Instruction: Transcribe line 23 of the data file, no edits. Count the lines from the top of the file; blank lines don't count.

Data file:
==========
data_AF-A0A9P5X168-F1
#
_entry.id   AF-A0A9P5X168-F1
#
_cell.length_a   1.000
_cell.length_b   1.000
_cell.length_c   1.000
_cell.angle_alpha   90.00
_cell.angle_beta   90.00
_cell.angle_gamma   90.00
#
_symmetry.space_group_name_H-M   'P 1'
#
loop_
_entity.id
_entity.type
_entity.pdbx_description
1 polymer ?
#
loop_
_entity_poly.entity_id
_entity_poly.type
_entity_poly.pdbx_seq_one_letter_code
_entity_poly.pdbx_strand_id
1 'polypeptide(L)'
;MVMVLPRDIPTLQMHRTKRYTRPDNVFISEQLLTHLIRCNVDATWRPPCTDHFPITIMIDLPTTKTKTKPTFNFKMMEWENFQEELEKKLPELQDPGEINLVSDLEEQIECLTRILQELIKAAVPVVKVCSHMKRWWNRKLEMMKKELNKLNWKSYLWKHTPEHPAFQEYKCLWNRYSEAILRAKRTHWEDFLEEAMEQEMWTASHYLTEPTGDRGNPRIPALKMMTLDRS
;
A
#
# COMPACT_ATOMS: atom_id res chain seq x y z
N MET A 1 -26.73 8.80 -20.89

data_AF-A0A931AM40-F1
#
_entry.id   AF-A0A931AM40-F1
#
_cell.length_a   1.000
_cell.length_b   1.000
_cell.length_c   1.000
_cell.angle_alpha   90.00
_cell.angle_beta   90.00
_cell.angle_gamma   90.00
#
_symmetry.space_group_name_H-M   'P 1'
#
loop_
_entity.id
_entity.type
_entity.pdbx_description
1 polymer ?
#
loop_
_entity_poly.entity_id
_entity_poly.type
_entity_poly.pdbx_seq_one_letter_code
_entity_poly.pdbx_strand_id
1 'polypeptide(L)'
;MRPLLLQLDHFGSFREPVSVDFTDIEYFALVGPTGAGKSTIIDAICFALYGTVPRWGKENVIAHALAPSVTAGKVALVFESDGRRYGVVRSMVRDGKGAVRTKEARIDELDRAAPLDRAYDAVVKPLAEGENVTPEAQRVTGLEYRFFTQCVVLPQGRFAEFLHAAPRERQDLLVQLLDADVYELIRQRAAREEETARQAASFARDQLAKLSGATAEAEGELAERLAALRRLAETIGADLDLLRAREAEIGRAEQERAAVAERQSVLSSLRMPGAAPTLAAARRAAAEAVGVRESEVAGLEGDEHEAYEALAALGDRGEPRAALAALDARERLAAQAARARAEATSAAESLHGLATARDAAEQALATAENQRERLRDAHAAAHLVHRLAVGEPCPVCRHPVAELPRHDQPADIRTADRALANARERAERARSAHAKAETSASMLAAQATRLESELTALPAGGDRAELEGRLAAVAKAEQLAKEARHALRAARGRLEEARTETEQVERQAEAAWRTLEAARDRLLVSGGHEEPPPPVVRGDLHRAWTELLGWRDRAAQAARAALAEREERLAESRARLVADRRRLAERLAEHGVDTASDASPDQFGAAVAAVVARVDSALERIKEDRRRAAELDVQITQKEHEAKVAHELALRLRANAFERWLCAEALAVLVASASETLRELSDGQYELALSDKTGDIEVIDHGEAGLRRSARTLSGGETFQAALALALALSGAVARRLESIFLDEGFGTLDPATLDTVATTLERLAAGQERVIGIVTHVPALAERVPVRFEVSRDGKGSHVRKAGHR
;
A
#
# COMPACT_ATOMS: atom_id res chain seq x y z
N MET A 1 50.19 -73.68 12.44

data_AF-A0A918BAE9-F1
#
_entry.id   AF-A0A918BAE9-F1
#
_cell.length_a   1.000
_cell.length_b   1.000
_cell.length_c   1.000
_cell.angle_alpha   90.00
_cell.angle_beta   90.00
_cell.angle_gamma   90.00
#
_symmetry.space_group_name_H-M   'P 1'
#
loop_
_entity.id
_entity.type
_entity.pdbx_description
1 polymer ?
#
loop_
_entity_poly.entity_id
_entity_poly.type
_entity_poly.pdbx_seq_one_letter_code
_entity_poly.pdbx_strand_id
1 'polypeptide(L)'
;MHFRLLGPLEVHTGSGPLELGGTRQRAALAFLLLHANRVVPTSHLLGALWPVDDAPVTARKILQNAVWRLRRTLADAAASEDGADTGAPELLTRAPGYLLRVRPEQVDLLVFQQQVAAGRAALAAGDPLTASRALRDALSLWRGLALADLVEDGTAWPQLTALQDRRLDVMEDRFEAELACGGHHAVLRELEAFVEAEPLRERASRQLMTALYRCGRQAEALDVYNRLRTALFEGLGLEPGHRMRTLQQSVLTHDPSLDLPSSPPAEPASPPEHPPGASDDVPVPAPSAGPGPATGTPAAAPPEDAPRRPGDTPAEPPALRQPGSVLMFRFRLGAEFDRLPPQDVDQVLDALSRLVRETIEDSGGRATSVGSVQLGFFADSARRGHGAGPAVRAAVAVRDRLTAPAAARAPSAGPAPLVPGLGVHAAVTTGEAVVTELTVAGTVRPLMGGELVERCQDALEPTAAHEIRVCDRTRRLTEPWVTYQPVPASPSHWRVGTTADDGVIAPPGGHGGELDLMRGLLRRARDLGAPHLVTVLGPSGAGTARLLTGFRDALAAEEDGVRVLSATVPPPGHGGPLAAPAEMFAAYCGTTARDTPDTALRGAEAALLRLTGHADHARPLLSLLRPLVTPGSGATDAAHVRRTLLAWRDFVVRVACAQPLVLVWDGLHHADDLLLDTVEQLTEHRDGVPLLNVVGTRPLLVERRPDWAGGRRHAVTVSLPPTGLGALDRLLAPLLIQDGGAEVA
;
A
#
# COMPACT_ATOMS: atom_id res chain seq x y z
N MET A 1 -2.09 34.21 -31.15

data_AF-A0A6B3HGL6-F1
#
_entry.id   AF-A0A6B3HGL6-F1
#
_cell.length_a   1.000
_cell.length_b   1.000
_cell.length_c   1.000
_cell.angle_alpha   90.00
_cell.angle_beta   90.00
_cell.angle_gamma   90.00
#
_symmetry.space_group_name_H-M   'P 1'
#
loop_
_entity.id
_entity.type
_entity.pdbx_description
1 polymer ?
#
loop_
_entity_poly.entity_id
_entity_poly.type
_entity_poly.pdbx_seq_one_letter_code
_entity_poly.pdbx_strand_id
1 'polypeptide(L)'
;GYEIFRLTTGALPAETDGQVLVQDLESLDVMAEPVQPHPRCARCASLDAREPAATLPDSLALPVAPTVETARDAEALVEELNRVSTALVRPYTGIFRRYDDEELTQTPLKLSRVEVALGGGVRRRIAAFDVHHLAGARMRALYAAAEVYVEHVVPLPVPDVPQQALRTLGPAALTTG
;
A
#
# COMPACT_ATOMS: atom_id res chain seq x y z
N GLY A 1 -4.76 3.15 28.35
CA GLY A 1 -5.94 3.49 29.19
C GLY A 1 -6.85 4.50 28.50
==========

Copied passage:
_entity_poly.pdbx_seq_one_letter_code